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Endorsement watch: More judges

First, the good news: The Chron endorsed Bill Moody for the State Supreme Court.

Texas Supreme Court, Place 2, William E. “Bill” Moody – A former prosecutor and an experienced trial judge with a focus on civil cases, Moody won the State Bar’s judicial poll – significant for a Democrat running in a Republican-leaning state. Moody recently worked to persuade the Legislature to increase jury pay, causing more summoned jurors to report for duty. Moody’s Republican opponent, incumbent Justice Don Willett, has little experience handling the type of cases that come before the Supreme Court and has produced little since being appointed.

The Chron joins the Morning News in making the right call on this race. Well done. More about Moody is here.

Now, the bad news: The Chron not only endorsed Sharon Keller, they seem to think she’s getting better as a judge. Admittedly, it’d be hard to see how she could get worse, but given how historically bad she is, she’s got a long way to go before she could even be considered fair to middling.

And then the Chron endorsed Annette Galik:

Judge, 245th Family District Court, Annette Galik – No stranger to controversy, Judge Galik has grown in her 12 years on the job and has acquired the skills and experience she needs to excel at this difficult and sometimes dangerous post that must deal with families at their most stressful moments. Galik prides herself on being fair to both parties and favoring no lawyer over another.

That would be this Annette Galik.

Annette Galik has been a most unconventional family law jurist since she was elected as a reform candidate in 1994. She campaigned on a commitment to cleaning out a court system known for its incestuous ties between judges and the lawyers who practiced there. She has been backed consistently by Republican morality crusader Dr. Steven Hotze, who is again endorsing her in the current election.

But after elected to the bench, reformer Galik took thousands of dollars in campaign contributions from lawyers whose firms had cases in her court.

Court observers began questioning Galik’s judgment early on, when she accepted free plane tickets, hotel lodging and meals from Hotze to attend a prayer breakfast he sponsored in Austin for the gubernatorial inaugural of George W. Bush.

Just as quickly, Galik had problems in her relationship with fellow family court judges. Shortly after assuming the judgeship in 1995, she was elected by the nine-judge group as their administrative judge. Within months, five of the judges signed a letter asking for her resignation. They claimed that Galik had excluded the other jurists from deliberations about court matters, and had taken actions without consulting them.

Judge Jim Squier told commissioners court Galik had requested the remodeling of several floors of the Family Law Center unilaterally, without consulting fellow judges who worked on those floors. Other judges complained that Galik had lobbied the Legislature to get a change in state law that would allow her to hire a person who lived outside the county as associate judge in her court. In the process, Galik told legislators she had the approval of other judges to lobby for the change, when she had never consulted them. It turned out that Galik had already appointed an out-of-county associate judge, in violation of the existing state law.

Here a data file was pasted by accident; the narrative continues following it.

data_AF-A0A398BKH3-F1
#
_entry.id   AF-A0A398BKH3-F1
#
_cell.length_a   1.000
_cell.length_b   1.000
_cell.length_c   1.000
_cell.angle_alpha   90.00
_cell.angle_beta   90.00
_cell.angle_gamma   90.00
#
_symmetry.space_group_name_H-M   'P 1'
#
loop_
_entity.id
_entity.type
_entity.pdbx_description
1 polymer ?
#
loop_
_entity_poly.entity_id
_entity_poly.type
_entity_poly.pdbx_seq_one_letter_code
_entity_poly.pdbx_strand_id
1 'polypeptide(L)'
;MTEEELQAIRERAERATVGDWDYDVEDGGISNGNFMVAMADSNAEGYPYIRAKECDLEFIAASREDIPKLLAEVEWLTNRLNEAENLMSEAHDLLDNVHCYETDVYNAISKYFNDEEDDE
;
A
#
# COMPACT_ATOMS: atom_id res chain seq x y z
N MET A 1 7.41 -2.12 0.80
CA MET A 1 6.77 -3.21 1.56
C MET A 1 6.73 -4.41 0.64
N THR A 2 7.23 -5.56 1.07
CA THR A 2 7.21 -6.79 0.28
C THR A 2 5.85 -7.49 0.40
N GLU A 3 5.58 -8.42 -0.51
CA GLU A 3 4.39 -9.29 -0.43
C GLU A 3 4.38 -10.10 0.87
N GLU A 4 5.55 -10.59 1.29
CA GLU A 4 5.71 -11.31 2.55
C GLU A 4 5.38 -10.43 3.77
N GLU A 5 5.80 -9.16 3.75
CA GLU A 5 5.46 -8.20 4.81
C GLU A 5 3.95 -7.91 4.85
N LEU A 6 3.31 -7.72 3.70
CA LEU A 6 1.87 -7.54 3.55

Under pressure, Galik resigned as administrative judge and Squier was unanimously elected to replace her.

And this Annette Galik.

It’s not often a member of the Harris County judiciary gets to make local legal history, but Family Court Judge Doug Warne just might have done it last month. He issued an order temporarily restraining a fellow family court judge from overnight stays at her oilman boyfriend’s River Oaks mansion when the man’s daughter is there.

Warne presides over a marathon four-year divorce donnybrook in his 311th District Court, which pits 64-year-old multimillionaire Hal G. Kuntz against his remarried ex-wife Vesta Frommer. The divorce was granted three years ago, but the continuing legal struggle centers on the division of a sizable oil and gas fortune. It’s now further complicated by the awkward involvement of Family Court Judge Annette Sanderford Galik, 53, who’s romantically linked with Kuntz.

The Kuntz proceeding is similar to cases Galik rules on every week in her own 245th District Court, but since her election to the judiciary she’s shown a penchant for getting snared in such personal entanglements herself.

[…]

Galik’s relationship with Kuntz had previously caused problems in Warne’s court. The case mediator, former judge Ruby Sondock, had to recuse herself two years ago after revealing a conflict of interest. It turned out she was Galik’s morning gym workout partner.

No stranger to controversy indeed. Galik’s opponent is Mary Kay Green, who was the only Democratic challenger this year to win the Houston Bar Association Judicial Preference Poll. This one has to be a strong contender for the goofiest endorsement of the year for the Chron.

Oh, and we’re now four days into Early Voting, and there’s still no recommendations for the last four State House races. Tick tock, fellas, tick tock.

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One Comment

  1. JanetSA says:

    Anyone have a link or copy of the Dallas Morning News story that showed Willett (Moody’s opponent) had plagiarized parts of his appointment application that he filed with Perry’s office?